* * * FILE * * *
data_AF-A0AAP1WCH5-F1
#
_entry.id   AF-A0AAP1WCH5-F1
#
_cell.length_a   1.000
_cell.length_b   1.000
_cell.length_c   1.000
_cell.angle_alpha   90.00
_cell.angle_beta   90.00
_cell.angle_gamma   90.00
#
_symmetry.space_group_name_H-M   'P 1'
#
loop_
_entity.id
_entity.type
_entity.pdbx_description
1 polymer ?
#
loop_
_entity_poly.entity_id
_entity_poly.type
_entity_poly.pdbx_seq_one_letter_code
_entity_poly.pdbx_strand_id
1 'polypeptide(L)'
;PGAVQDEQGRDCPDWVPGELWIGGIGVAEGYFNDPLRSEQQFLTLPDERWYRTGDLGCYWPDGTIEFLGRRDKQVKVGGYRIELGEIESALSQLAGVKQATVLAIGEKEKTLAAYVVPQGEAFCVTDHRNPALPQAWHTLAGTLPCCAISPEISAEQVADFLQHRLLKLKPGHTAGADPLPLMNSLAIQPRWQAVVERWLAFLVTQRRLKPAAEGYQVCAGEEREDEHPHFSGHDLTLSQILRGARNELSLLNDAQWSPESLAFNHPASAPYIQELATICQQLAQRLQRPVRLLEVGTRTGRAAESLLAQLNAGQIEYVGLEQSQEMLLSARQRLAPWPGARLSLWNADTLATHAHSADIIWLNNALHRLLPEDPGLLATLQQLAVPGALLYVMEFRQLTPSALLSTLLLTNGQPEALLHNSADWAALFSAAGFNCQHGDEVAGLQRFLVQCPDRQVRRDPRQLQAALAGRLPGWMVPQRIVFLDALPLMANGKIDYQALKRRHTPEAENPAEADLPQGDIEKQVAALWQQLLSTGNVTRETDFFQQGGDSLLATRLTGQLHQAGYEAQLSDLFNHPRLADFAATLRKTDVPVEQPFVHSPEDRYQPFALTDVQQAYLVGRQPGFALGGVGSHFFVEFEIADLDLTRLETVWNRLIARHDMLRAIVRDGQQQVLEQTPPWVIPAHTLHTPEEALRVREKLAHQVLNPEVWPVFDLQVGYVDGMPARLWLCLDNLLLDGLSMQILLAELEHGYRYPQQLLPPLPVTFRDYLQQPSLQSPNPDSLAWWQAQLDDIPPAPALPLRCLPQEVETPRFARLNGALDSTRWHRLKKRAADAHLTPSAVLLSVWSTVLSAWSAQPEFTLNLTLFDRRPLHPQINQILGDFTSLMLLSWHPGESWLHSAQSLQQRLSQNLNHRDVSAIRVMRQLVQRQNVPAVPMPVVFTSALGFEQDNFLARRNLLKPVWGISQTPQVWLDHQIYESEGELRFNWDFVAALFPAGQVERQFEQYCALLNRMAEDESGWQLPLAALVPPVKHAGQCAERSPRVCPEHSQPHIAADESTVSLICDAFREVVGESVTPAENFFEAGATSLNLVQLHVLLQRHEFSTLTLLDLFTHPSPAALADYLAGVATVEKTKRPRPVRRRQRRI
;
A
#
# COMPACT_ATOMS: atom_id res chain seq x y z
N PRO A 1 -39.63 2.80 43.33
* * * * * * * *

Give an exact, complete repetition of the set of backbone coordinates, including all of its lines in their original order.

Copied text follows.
data_AF-A0AAP1WCH5-F1
#
_entry.id   AF-A0AAP1WCH5-F1
#
_cell.length_a   1.000
_cell.length_b   1.000
_cell.length_c   1.000
_cell.angle_alpha   90.00
_cell.angle_beta   90.00
_cell.angle_gamma   90.00
#
_symmetry.space_group_name_H-M   'P 1'
#
loop_
_entity.id
_entity.type
_entity.pdbx_description
1 polymer ?
#
loop_
_entity_poly.entity_id
_entity_poly.type
_entity_poly.pdbx_seq_one_letter_code
_entity_poly.pdbx_strand_id
1 'polypeptide(L)'
;PGAVQDEQGRDCPDWVPGELWIGGIGVAEGYFNDPLRSEQQFLTLPDERWYRTGDLGCYWPDGTIEFLGRRDKQVKVGGYRIELGEIESALSQLAGVKQATVLAIGEKEKTLAAYVVPQGEAFCVTDHRNPALPQAWHTLAGTLPCCAISPEISAEQVADFLQHRLLKLKPGHTAGADPLPLMNSLAIQPRWQAVVERWLAFLVTQRRLKPAAEGYQVCAGEEREDEHPHFSGHDLTLSQILRGARNELSLLNDAQWSPESLAFNHPASAPYIQELATICQQLAQRLQRPVRLLEVGTRTGRAAESLLAQLNAGQIEYVGLEQSQEMLLSARQRLAPWPGARLSLWNADTLATHAHSADIIWLNNALHRLLPEDPGLLATLQQLAVPGALLYVMEFRQLTPSALLSTLLLTNGQPEALLHNSADWAALFSAAGFNCQHGDEVAGLQRFLVQCPDRQVRRDPRQLQAALAGRLPGWMVPQRIVFLDALPLMANGKIDYQALKRRHTPEAENPAEADLPQGDIEKQVAALWQQLLSTGNVTRETDFFQQGGDSLLATRLTGQLHQAGYEAQLSDLFNHPRLADFAATLRKTDVPVEQPFVHSPEDRYQPFALTDVQQAYLVGRQPGFALGGVGSHFFVEFEIADLDLTRLETVWNRLIARHDMLRAIVRDGQQQVLEQTPPWVIPAHTLHTPEEALRVREKLAHQVLNPEVWPVFDLQVGYVDGMPARLWLCLDNLLLDGLSMQILLAELEHGYRYPQQLLPPLPVTFRDYLQQPSLQSPNPDSLAWWQAQLDDIPPAPALPLRCLPQEVETPRFARLNGALDSTRWHRLKKRAADAHLTPSAVLLSVWSTVLSAWSAQPEFTLNLTLFDRRPLHPQINQILGDFTSLMLLSWHPGESWLHSAQSLQQRLSQNLNHRDVSAIRVMRQLVQRQNVPAVPMPVVFTSALGFEQDNFLARRNLLKPVWGISQTPQVWLDHQIYESEGELRFNWDFVAALFPAGQVERQFEQYCALLNRMAEDESGWQLPLAALVPPVKHAGQCAERSPRVCPEHSQPHIAADESTVSLICDAFREVVGESVTPAENFFEAGATSLNLVQLHVLLQRHEFSTLTLLDLFTHPSPAALADYLAGVATVEKTKRPRPVRRRQRRI
;
A
#
# COMPACT_ATOMS: atom_id res chain seq x y z
N PRO A 1 -39.63 2.80 43.33